I’m married, have two boys that I adopted when they were young, love animals, ice cream, and Mexican food. I have played the flute for 28 years, used it to get a music scholarship to college, though I did not get to finish due to illness. I’m a licensed massage therapist, love to build, and really love power tools. I do not like cruelty, rudeness, or gossip, but I love kindness, literacy, and people who try to make a difference.

Valor: What advice do you have for young writers?

Karen: One of my favorite quotes came from an author I know by the name of Ginny Smith. She said, “God has plans for your writing, and they are better than any plans you have for yourself. Let him be in charge and let Him delight you with what He has in store.” Realize that there is something bigger than just yourself out there helping you to create, and when you open yourself to “The Great Creator” You will write better than you ever can on your own. It’s a wonderful lesson I learned from Julia Cameron’s book “The Artist’s Way,” and has influence my writing more than any other. Believe in yourself and never give up.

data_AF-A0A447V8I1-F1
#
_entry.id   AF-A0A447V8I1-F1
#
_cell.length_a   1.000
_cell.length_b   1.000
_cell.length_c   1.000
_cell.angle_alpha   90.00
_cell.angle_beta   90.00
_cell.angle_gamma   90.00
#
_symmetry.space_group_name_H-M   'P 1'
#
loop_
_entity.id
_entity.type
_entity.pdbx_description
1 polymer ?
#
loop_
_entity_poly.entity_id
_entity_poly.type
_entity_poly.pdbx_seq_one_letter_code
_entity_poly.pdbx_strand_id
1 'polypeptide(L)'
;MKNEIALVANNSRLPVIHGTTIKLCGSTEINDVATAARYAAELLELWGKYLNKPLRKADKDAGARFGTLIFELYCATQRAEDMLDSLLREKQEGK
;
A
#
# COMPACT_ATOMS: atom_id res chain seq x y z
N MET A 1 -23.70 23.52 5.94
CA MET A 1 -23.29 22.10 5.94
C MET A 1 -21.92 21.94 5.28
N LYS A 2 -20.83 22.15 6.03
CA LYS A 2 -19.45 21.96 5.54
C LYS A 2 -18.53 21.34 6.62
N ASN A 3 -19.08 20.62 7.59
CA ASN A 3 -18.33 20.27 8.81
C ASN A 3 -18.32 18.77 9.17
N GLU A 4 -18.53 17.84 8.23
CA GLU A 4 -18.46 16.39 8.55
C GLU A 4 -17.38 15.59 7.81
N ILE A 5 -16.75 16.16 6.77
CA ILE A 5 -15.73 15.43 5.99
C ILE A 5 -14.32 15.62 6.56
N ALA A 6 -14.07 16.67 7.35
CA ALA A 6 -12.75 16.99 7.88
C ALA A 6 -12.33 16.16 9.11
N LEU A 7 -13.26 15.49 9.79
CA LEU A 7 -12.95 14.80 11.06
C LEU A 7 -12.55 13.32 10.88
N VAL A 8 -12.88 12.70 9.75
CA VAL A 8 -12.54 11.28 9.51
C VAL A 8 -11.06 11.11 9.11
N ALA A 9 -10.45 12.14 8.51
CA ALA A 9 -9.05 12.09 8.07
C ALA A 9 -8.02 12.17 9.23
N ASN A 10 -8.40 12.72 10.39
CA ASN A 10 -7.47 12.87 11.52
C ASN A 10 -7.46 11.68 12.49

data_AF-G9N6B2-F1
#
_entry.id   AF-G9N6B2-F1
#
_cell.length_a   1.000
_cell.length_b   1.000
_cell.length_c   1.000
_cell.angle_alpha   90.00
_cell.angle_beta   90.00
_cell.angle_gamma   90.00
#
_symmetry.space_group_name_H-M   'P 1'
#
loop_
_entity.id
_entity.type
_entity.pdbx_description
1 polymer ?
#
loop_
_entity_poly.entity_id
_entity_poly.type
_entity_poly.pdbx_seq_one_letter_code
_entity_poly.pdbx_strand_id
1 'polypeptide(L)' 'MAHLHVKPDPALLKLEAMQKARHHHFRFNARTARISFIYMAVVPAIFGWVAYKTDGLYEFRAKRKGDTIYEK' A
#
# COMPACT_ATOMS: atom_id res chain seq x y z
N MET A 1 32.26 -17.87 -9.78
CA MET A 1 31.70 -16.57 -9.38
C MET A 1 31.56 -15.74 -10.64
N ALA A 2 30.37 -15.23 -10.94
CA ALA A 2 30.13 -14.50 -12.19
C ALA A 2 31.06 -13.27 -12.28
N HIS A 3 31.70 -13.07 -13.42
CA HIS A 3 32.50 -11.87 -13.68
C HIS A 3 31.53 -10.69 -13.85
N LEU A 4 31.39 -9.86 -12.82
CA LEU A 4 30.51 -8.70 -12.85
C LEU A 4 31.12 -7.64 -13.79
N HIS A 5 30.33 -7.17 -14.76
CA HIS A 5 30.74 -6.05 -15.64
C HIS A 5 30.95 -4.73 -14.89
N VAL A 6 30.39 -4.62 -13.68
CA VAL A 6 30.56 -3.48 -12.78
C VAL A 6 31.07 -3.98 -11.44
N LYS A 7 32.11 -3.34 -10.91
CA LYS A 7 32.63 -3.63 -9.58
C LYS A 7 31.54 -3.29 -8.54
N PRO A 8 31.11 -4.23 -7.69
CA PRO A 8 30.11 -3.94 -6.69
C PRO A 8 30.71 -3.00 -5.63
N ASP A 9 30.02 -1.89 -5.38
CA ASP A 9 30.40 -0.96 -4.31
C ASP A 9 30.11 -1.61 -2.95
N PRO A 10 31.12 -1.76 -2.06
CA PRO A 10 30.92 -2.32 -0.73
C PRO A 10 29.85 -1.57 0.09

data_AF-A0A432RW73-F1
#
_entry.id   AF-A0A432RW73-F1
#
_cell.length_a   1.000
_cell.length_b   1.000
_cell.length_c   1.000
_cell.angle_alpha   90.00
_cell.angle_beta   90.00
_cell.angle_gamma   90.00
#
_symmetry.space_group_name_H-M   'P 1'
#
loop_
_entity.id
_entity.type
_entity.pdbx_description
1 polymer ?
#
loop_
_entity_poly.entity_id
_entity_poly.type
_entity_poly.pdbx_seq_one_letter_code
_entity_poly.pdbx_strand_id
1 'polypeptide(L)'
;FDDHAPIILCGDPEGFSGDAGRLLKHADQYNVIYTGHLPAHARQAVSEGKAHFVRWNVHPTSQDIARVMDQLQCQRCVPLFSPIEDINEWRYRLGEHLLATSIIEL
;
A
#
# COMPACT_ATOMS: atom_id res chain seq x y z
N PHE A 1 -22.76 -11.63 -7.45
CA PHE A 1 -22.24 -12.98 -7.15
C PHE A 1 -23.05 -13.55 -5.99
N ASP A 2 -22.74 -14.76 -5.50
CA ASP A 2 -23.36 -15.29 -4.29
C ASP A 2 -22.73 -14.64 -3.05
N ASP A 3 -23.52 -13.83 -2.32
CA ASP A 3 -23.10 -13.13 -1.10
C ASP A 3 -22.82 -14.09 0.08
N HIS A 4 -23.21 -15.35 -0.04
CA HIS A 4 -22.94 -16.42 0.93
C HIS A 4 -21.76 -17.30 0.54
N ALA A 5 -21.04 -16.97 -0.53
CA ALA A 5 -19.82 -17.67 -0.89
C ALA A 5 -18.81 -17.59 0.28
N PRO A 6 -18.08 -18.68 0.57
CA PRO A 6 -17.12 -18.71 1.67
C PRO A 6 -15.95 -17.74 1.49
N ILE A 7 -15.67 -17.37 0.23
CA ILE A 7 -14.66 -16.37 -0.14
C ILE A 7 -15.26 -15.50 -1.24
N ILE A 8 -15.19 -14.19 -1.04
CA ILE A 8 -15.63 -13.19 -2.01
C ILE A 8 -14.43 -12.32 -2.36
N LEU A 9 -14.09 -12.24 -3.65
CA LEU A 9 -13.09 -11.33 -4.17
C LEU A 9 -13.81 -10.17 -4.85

Valor: What advice do you have for young readers?

Karen: Keep reading! Books allow you to be transported to other worlds and live the lives of other people—people who are fascinating and can do things you’ll never have the chance to do in your life. None of us can be everything, but through reading you can experience anything and everything. You can be an astronaut, a spy, a shapechanging wolf, or a literate dragon.

Give books a chance and let them open your world to the possible.

Pre-order Karen's The Sapphire Flute.

Copyright 2009. All rights reserved by Valor Publishing Group, LLC.